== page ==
BC Transit, Victoria Trekker Breeze Issue:
The meeting started with some discussion and an update on the Local Transit situation, that being that BC Transit has publicly stated that they will have a fully operational GPS system up and running within the next 18 months. The importance of having a fully inclusive system in place was reinforced by several members including Bruce who stated that the readout of stop locations was a must in his world. The question of whether this new system would include a speaker by the front door identifying the bus route name and number. It was agreed that we should communicate to transit the importance of this specific feature to ensure that it is given high priority and does become a reality.

Transit App:
The Transit app was discussed at great length and highly recommended by both Tom and Corry. Although the service does not feature real time tracking yet in Victoria, the app is great for letting you know when you are approaching your desired stop.

GPS Apps:
From there the discussion centered around the various types of GPS apps available, Albert spoke briefly about some of the differences. Data usage was also discussed and tips on how to minimise data requirements were discussed. Mapmywalk and Runtastic are two apps that seam to use minimal data and can be very helpful if you wish to incorporate a fitness component to your daily activities.

White Cane Week:
After a short break, the White Cane was discussed at length (White Cane Week is Feb 5 – 11, 2017). Elizabeth Lalonde gave us a great overview of the various types of canes available and the great work that is going on at the Pacific Training Center in regards to mobility training and cane usage.

iHabilitation:
Tom Decker spoke about a new initiative going on at Ihabilitation, they have purchased a new program called Screen Flow Recorder and will be producing inclusive “how to” videos in the near future. Tom will keep us posted on the progress.

White Canes:
During the final portion, several types of White Canes were passed out and the members had an opportunity to try different types and lengths.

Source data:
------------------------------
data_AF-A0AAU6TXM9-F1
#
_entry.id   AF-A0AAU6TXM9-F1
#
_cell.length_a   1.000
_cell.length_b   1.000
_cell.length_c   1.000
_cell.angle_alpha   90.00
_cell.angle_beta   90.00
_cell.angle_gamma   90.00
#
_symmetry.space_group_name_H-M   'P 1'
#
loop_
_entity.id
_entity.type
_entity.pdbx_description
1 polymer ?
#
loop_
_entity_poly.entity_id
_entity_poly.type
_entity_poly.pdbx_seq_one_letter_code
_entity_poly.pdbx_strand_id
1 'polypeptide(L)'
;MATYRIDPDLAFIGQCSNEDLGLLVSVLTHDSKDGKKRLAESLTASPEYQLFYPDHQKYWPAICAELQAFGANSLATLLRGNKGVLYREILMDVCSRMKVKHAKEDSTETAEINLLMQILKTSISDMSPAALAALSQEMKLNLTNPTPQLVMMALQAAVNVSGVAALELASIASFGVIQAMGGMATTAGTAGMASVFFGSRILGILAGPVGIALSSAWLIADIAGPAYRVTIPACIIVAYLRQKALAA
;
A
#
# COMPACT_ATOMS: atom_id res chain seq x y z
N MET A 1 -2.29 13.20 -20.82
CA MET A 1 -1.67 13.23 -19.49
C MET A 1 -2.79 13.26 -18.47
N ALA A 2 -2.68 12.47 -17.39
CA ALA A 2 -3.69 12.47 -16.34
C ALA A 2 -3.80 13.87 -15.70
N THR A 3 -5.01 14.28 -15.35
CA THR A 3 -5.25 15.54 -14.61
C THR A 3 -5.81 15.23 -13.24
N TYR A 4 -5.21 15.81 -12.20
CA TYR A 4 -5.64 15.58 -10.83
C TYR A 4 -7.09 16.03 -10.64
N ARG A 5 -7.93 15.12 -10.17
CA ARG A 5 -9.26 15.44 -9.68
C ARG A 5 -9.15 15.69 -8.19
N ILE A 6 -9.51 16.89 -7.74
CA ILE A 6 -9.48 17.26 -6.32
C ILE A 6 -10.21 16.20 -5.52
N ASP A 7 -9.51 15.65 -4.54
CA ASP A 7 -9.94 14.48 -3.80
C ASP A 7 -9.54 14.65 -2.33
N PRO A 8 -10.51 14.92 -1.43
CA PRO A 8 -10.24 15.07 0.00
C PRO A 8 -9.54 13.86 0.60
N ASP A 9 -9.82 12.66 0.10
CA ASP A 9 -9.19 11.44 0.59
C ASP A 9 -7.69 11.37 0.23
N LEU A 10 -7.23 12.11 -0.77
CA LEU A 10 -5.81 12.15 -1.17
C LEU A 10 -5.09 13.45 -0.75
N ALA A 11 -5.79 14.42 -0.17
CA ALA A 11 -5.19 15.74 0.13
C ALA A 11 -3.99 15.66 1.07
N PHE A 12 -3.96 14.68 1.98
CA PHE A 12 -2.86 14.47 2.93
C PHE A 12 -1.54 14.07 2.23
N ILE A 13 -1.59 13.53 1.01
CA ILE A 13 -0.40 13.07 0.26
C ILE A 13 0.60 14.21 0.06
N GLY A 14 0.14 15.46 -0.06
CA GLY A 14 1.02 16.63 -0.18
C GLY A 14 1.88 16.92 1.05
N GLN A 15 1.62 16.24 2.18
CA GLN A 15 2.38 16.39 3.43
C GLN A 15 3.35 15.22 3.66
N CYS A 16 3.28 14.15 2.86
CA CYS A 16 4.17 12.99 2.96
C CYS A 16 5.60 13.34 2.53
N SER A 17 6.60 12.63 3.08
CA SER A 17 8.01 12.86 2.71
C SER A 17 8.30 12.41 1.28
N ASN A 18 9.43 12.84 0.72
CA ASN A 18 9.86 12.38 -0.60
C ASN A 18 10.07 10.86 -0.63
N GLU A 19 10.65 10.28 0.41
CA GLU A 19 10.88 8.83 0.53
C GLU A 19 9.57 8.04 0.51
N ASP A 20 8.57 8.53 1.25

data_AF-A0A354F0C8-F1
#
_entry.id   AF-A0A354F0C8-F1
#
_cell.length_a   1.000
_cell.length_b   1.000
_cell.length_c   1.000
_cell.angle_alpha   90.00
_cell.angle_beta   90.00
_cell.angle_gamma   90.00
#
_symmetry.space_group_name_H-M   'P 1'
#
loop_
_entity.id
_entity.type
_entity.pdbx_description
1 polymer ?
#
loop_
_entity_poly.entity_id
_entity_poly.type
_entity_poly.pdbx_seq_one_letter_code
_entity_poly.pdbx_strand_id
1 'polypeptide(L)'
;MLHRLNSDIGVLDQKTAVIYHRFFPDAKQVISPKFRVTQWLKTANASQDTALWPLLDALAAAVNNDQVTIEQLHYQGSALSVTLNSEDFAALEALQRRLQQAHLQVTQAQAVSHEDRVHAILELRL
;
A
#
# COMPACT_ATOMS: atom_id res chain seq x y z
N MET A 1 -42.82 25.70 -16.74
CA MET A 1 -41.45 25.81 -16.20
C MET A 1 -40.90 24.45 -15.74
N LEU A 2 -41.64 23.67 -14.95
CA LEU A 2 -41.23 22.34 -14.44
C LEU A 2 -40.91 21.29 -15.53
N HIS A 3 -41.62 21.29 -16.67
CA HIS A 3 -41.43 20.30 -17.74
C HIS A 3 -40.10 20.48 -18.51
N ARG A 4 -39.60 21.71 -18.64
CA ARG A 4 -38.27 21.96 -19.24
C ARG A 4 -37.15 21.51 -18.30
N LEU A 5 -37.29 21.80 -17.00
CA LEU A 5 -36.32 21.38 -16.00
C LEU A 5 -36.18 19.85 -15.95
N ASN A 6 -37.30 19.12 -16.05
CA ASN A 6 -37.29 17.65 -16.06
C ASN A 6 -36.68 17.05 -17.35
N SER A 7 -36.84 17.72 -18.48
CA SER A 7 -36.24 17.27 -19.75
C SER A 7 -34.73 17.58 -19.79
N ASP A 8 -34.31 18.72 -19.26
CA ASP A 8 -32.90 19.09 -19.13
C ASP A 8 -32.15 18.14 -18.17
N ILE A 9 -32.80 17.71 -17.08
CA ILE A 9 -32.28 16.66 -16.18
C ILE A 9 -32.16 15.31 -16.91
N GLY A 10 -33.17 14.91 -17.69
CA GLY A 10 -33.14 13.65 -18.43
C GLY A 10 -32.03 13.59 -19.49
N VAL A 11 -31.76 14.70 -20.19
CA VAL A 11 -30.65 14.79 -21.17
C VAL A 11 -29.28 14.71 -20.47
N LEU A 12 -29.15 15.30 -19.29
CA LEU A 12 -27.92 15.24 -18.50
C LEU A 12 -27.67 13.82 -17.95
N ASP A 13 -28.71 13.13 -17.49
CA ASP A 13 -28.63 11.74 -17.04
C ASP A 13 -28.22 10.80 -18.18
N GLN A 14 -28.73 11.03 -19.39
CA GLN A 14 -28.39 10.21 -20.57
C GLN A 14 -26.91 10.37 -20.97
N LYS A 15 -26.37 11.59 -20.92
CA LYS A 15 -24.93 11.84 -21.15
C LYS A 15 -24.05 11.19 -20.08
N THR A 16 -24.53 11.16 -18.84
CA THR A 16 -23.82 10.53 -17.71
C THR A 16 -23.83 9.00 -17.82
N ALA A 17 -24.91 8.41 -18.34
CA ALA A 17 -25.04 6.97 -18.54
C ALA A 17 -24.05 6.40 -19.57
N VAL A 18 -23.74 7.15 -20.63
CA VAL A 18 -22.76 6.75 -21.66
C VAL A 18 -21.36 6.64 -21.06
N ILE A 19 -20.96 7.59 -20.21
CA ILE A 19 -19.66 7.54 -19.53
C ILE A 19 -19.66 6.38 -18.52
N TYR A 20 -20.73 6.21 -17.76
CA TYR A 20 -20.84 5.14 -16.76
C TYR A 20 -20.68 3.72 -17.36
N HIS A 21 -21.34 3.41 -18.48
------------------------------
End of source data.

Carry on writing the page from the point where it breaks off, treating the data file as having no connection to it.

Meeting adjourned at 3:45 PM
Next meeting, Wednesday March 1, 2015
Submitted by Corry Stuive

GTT Victoria: Report on Trekker Breeze on BC Transit Busses, December 21, 2016

December 21, 2016

Two: Get Together with Technology (GTT) Victoria Members
RE: Victoria Regional Transit Street Announcements System, Trekker Breeze

We are very pleased to advise that the BC Transit Commission has approved an automatic vehicle locater system for the capital regional district fleet. This new system, once installed will allow BC Transit to implement accessible stop announcement systems that we have discussed in the briefing note you’ve seen earlier this fall. Christy Ridout, Director, Corporate and Strategic Planning for BC Transit has sent a note to us concerning it. We have had a recent discussion with her checking that we’re on the same page, which we appear to be. We’re meeting with her early in January, and we have offered the assistance of our membership as the process unfolds, which she was quite pleased to accept. Please see the full text of that email message below.

The new system will be implemented in Victoria, Kelowna, Kamloops, Nanaimo and the Comox Valley over the next 18 months, with the Request for Proposals being readied for Mid-January 2017. See the links at the bottom of this note to a couple of Times Colonist articles on the matter.